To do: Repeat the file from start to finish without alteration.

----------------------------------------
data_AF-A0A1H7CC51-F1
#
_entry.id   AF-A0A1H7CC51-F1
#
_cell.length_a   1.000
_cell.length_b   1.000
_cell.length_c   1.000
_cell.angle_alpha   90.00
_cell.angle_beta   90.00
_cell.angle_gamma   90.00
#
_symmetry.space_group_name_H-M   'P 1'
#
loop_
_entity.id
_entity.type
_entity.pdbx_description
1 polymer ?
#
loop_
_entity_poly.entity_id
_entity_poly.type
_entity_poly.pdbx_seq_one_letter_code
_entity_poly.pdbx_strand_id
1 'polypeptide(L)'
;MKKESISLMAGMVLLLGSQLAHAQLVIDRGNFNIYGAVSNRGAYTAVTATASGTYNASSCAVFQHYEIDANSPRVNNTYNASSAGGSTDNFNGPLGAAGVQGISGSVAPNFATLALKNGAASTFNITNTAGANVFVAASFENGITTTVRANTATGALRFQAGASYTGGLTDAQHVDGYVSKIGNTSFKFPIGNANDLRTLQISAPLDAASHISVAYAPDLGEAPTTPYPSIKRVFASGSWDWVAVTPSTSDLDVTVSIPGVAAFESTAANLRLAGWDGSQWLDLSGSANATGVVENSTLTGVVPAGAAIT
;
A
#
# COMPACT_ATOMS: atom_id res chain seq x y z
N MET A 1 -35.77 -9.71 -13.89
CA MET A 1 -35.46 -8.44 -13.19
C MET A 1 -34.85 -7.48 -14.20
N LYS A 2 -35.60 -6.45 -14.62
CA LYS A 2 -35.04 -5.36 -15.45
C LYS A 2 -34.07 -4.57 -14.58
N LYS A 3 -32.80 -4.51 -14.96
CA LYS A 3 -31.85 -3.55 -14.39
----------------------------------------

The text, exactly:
data_AF-A0A1H7CC51-F1
#
_entry.id   AF-A0A1H7CC51-F1
#
_cell.length_a   1.000
_cell.length_b   1.000
_cell.length_c   1.000
_cell.angle_alpha   90.00
_cell.angle_beta   90.00
_cell.angle_gamma   90.00
#
_symmetry.space_group_name_H-M   'P 1'
#
loop_
_entity.id
_entity.type
_entity.pdbx_description
1 polymer ?
#
loop_
_entity_poly.entity_id
_entity_poly.type
_entity_poly.pdbx_seq_one_letter_code
_entity_poly.pdbx_strand_id
1 'polypeptide(L)'
;MKKESISLMAGMVLLLGSQLAHAQLVIDRGNFNIYGAVSNRGAYTAVTATASGTYNASSCAVFQHYEIDANSPRVNNTYNASSAGGSTDNFNGPLGAAGVQGISGSVAPNFATLALKNGAASTFNITNTAGANVFVAASFENGITTTVRANTATGALRFQAGASYTGGLTDAQHVDGYVSKIGNTSFKFPIGNANDLRTLQISAPLDAASHISVAYAPDLGEAPTTPYPSIKRVFASGSWDWVAVTPSTSDLDVTVSIPGVAAFESTAANLRLAGWDGSQWLDLSGSANATGVVENSTLTGVVPAGAAIT
;
A
#
# COMPACT_ATOMS: atom_id res chain seq x y z
N MET A 1 -35.77 -9.71 -13.89
CA MET A 1 -35.46 -8.44 -13.19
C MET A 1 -34.85 -7.48 -14.20
N LYS A 2 -35.60 -6.45 -14.62
CA LYS A 2 -35.04 -5.36 -15.45
C LYS A 2 -34.07 -4.57 -14.58
N LYS A 3 -32.80 -4.51 -14.96
CA LYS A 3 -31.85 -3.55 -14.39